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with Chris Wolvie
Kids Say The Most Damning Things
March 2
It's the exciting new game show where brothers and sisters tell it like it is! There's no telling what they're gonna say or how much their gonna win! All we know for sure is that they're gonna tell it all today on...

AIR DATES: September 12, 1987 to March 8, 1988
CREATOR: Ellen Levy, Haim Saban
HOST: Laurie Faso


We all know the "Newlywed Game", right? The show that made "makin' whoopie" more than just a jazz tune? Well, who says that newlywed couples are the ONLY ones who are close but don't know each other that well? As one of five siblings, I always had trouble relating to my brothers and my sister. And THAT was what NBC and the guy who brought us "Power Rangers" were counting on for a Saturday morning show that was a break from the usual cartoon cavalcade. "I'm Telling!" is, at its bare bones, the "Newlywed Game" for young siblings, a chance to see if you know your brother/sister as much as you THINK you do. And, of course, the winners get toys at the end. Who knew that ending sibling rivalry could stuff your toy box to overflowing?

Three teams of two siblings each compete. It is typically a brother-sister team, though one show had teams of two brothers each and another had teams of two sisters each. For the purposes of this recap, though, we'll assume bro-sis teams.

In the first round, the brothers are "teleported to the Isolation Zone" (that is, directed to an isolation booth while SFX and editing makes it LOOK like they're "teleported") where they can't see or hear the answers. Each sister picks a pun-laden category at random by hitting a plunger. The host then asks a question vaguely based on the category and each sister must answer the question in a way they think their brother will answer. Once three categories are played by all three sisters, the brothers are brought back and asked the same questions. If the brother's answer matches the sister's from earlier, they earn points: 25 for the first, 50 for the second and 75 for the third. If they don't match, a few seconds are given for the siblings to argue to the hilarity of the audience

The second round is played exactly like the first, save that the sisters are in the "Iso-Zone" and the brothers are picking categories and answering the questions the way they think their sisters will answer. Matched answers in this round are worth 50, 75 and 150 points.

The team with the most points at the end of the second round wins the game, a $1000 savings bond and advances to the bonus round. In case of a tie for first, a large jar (called the "I'm Telling! Fun Box") filled with a certain item is brought out. Before the show, each team was asked how many of the item was in the Fun Box. The closest to the actual number without going over wins the game.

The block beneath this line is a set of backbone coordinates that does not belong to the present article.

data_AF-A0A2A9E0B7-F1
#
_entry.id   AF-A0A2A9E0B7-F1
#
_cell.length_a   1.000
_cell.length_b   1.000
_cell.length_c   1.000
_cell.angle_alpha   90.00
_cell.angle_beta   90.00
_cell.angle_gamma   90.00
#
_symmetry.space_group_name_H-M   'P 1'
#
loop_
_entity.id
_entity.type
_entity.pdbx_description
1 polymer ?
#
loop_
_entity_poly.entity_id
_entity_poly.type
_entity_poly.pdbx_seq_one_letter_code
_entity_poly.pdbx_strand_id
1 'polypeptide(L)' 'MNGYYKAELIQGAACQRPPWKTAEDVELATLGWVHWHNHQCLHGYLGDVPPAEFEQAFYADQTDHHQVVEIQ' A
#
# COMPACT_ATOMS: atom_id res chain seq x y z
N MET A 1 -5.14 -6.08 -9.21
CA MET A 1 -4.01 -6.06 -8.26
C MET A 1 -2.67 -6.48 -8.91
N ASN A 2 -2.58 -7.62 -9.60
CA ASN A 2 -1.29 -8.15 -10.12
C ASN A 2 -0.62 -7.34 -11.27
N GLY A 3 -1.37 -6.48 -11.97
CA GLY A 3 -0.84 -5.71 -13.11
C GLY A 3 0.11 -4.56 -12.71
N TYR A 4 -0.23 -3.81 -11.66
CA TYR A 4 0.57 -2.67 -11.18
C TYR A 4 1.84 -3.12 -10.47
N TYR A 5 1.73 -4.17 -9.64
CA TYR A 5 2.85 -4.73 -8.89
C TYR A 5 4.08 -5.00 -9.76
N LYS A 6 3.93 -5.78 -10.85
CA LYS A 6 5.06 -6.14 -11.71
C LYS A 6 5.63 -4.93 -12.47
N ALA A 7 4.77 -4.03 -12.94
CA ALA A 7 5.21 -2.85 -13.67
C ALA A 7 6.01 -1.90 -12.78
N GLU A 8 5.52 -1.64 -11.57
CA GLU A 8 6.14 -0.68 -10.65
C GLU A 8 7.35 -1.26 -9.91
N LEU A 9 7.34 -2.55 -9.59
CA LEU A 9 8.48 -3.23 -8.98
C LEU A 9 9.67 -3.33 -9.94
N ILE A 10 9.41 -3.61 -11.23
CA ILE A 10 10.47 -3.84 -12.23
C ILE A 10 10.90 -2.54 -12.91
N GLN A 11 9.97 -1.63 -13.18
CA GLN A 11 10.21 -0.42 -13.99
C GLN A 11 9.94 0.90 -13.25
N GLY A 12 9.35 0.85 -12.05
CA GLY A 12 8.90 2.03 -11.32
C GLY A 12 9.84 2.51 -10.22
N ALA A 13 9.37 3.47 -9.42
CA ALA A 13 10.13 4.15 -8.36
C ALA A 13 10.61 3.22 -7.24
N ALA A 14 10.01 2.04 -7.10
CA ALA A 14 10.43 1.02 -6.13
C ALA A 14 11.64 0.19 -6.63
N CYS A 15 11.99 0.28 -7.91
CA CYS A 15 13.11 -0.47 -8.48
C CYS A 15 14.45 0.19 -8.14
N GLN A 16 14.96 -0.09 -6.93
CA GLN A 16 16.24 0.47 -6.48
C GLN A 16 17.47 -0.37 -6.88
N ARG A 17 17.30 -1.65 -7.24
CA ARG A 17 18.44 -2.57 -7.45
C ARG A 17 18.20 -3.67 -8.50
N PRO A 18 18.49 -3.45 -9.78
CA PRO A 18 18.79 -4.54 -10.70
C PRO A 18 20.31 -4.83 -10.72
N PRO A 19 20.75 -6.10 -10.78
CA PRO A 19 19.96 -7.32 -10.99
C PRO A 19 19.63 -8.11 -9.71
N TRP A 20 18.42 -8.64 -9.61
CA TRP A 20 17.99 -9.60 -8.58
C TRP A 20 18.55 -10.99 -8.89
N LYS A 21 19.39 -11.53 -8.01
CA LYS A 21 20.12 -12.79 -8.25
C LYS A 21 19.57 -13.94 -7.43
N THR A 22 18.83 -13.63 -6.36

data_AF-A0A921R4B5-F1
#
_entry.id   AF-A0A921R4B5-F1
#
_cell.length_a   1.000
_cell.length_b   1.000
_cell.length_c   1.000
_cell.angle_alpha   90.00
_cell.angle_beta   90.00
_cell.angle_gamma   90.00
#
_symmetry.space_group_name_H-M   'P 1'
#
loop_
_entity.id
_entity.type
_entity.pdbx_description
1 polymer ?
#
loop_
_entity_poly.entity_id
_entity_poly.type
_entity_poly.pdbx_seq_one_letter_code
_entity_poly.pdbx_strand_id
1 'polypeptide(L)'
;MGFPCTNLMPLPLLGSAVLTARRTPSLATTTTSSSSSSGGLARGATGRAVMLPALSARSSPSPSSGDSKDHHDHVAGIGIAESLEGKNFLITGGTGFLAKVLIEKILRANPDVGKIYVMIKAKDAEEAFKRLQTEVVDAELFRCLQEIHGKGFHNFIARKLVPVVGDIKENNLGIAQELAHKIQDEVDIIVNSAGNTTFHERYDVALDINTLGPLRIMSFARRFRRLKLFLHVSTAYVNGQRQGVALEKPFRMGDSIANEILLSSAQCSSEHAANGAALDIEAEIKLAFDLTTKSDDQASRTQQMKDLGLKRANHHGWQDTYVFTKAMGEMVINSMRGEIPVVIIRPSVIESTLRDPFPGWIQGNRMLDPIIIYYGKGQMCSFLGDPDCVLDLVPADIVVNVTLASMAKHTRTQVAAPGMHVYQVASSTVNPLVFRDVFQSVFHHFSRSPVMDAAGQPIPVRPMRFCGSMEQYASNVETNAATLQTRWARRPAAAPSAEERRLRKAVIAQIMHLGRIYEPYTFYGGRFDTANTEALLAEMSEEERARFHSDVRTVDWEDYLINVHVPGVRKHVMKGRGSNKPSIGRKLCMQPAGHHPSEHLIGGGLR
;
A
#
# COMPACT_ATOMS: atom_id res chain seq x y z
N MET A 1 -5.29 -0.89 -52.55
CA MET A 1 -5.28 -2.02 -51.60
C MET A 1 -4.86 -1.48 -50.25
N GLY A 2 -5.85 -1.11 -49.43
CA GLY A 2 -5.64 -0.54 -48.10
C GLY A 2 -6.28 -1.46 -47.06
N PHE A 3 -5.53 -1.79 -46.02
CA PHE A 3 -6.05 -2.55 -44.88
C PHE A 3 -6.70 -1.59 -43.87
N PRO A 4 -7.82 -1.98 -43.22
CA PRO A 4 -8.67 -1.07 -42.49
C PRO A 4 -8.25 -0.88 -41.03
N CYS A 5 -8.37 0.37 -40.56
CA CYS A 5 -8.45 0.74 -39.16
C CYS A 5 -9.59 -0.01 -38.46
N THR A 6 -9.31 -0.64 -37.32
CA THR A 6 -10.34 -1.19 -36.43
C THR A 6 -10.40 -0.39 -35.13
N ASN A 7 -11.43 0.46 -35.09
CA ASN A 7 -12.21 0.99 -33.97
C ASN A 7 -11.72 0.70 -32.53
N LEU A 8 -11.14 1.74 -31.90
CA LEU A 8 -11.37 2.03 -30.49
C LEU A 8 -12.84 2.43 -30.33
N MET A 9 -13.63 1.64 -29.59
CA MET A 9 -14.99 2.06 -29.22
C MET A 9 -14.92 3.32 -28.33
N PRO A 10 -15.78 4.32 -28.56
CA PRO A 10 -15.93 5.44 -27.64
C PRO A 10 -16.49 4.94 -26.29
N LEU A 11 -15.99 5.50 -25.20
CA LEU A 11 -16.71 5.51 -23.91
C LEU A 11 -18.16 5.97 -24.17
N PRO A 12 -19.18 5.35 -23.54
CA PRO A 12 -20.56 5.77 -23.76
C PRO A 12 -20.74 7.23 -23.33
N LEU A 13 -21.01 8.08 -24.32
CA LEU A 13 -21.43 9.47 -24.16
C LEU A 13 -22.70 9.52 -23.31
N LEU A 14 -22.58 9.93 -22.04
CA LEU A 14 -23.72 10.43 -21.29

The entire set spins around to show twenty toys along an inclined path. Ten are toys for boys on yellow pedastals, ten for girls on pink pedastals. Before the show, the siblings looked over the toys and each chose six that they thought their sibling would like most. Each sibling gets one pass down the path. If they see a toy they really want, they hit a buzzer in front of it. If it lights up and a siren sounds, that was one of the toys the sibling picked and they win that toy. If they pass a toy, they cannot go back to it. Each sibling picks six toys.

After both siblings have a go down the path, they win every toy that lit up the flashing light (minimum of four). However, if they are able to light up ten lights, they win ALL twenty toys.

I gotta say, it was a rather cute direction to take "Newlywed Game". Anyone who has siblings knows they're hard to read sometimes. And the questions thrown at them are not softballs; I mean, "Which part of your sister's body is, in your opinion, too big?" and "Which of the Seven Dwarfs describes your brother in the morning?" It's a LOT like NG...only a bit safer than PG.

The set was small but functional. Having the entire game, bonus stage and all, on one rotating set is practical. And I liked the set-up of the "Arcade"; the toys lining the path gave easy access to the kids slamming those buttons.

Laurie Faso LOOKED like a kids' game show host. From the afro to the big glasses to the almost-ridiculous suits, he looked like he could've fit in on any Nickelodeon show of the day.

And, just like NG, half the fun was watching the siblings argue when they're answers didn't match. Only downside was that they didn't have cards to swat the sibling with. Hey, who HASN'T wanted to do that to their sibling on national television, am I right?


While the whole "Iso-Zone" trick was for the kids, I thought it was a little cheesy. Then again, I was a teen when this was on so what do I know from what kids thought was cool back then?

The whole category-choosing is a bit pointless, if you ask me. It's just padding and you don't know what it has to do with the question. They could've cut each episode by a minute or two by just asking the questions. Hey, one or two more minutes of arguing would've been cool.


Hmmm...I dunno. MAYBE on the Hub or even Freeform? But, then again, siblings are MUCH more connected these days, with Facebook, Twitter, texting and what not. With elementary students typing out 140 characters in a flash to say what's going on with them, having a game like this might not be a good idea; it's possible EVERY will get the maximum points. (Not to mention they can secretly text their choices of toys to the other.) So it's not very likely to work...but I think it'd be fun to try.

NEXT TIME: The Great Game Show Rivalry of 2002, part 1

Chris Wolvie HATED being told on by his brothers!
Follow him on Twitter @ChrisWolvie and e-mail him at